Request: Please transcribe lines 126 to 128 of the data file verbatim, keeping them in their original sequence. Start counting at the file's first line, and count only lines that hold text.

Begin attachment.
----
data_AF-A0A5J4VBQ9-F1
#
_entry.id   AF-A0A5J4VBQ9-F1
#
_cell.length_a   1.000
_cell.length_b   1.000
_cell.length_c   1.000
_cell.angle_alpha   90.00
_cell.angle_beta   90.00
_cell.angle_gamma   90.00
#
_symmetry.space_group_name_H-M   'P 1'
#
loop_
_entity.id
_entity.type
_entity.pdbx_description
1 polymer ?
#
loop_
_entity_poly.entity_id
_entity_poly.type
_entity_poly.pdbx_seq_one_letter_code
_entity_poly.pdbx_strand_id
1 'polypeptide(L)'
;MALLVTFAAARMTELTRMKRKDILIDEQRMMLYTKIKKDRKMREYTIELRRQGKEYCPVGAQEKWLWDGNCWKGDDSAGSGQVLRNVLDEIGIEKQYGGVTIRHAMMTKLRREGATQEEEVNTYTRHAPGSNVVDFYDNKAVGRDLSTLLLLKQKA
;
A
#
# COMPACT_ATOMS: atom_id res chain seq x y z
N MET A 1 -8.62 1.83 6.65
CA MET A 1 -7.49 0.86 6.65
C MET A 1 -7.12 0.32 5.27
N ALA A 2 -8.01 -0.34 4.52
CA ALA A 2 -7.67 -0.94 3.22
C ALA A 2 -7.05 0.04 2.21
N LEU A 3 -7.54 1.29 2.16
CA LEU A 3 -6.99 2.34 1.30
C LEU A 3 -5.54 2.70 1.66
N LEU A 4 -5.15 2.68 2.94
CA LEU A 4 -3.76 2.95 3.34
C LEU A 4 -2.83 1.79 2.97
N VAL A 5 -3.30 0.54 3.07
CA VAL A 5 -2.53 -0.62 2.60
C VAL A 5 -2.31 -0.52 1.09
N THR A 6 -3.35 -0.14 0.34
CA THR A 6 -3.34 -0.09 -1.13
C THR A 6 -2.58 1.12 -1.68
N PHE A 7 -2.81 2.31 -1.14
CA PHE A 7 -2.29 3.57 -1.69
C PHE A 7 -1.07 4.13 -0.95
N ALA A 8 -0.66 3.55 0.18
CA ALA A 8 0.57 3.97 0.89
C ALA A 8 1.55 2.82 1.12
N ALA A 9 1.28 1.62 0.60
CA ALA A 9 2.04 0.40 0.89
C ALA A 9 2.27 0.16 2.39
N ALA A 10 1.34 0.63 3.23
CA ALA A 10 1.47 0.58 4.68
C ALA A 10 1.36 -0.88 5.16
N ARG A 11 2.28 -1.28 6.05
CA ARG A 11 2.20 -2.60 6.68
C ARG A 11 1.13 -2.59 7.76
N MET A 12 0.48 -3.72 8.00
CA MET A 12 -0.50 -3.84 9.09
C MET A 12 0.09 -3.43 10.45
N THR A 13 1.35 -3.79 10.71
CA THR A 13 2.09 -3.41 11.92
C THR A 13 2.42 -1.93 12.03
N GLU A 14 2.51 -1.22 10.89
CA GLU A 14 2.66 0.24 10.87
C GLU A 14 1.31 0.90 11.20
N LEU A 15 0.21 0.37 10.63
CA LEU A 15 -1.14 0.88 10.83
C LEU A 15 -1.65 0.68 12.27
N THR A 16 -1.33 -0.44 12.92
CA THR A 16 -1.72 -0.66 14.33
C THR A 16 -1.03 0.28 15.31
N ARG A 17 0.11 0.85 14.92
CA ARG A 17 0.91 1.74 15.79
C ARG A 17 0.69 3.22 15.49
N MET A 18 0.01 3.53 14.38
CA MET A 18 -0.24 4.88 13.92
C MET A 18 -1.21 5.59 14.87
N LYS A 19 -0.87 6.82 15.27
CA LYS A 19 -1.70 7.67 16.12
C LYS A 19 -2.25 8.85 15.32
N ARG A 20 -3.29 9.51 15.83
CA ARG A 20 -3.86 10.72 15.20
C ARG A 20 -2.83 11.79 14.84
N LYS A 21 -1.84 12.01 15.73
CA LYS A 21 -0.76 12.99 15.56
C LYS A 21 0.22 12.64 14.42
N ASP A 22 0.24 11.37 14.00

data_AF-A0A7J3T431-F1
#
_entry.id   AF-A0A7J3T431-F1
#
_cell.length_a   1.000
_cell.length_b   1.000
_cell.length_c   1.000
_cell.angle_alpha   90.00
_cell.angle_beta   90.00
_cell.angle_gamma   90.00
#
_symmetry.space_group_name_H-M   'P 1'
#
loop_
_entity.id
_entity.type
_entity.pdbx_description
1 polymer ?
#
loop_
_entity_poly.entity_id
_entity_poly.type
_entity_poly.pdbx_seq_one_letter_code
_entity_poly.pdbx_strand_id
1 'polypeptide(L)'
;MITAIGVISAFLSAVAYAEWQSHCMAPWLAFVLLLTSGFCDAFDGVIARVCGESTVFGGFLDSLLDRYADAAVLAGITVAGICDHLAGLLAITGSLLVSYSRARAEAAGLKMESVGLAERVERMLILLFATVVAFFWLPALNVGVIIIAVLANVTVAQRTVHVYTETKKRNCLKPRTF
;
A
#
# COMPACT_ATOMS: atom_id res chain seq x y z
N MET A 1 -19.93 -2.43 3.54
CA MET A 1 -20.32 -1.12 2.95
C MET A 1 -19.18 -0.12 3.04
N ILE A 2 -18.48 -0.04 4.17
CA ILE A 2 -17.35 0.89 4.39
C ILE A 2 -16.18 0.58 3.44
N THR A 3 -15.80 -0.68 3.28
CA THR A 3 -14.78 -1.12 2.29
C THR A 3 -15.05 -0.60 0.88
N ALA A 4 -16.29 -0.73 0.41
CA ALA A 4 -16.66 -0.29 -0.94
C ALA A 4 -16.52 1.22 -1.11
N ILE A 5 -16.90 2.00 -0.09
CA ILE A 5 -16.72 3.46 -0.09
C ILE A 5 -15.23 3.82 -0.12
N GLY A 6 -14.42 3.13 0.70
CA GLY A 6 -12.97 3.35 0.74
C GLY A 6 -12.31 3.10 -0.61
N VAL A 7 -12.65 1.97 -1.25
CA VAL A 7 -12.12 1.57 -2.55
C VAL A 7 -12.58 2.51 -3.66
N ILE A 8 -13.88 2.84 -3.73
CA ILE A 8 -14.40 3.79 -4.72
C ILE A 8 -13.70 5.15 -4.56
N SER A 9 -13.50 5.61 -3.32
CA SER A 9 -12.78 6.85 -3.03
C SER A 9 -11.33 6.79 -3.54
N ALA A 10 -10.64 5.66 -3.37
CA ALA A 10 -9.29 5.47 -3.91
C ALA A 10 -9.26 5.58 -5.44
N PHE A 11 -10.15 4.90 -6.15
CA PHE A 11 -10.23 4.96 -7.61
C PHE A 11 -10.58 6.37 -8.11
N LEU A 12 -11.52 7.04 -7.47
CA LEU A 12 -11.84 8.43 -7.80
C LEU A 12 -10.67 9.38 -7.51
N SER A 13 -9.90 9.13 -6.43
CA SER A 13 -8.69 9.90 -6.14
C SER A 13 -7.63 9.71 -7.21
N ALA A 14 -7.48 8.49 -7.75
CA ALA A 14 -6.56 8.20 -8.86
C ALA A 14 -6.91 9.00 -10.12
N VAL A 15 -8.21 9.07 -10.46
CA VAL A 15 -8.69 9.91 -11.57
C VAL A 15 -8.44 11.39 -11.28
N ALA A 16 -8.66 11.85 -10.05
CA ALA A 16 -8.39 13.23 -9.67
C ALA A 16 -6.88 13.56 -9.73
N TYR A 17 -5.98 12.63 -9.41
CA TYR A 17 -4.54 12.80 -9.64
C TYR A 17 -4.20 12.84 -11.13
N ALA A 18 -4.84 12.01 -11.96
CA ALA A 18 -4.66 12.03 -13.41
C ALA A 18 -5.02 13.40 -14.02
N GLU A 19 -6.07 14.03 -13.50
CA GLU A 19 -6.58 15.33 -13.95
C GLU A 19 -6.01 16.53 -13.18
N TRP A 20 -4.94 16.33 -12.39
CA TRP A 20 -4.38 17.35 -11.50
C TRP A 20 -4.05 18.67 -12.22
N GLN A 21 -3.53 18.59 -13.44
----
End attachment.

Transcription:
CA MET A 1 -20.32 -1.12 2.95
C MET A 1 -19.18 -0.12 3.04
N ILE A 2 -18.48 -0.04 4.17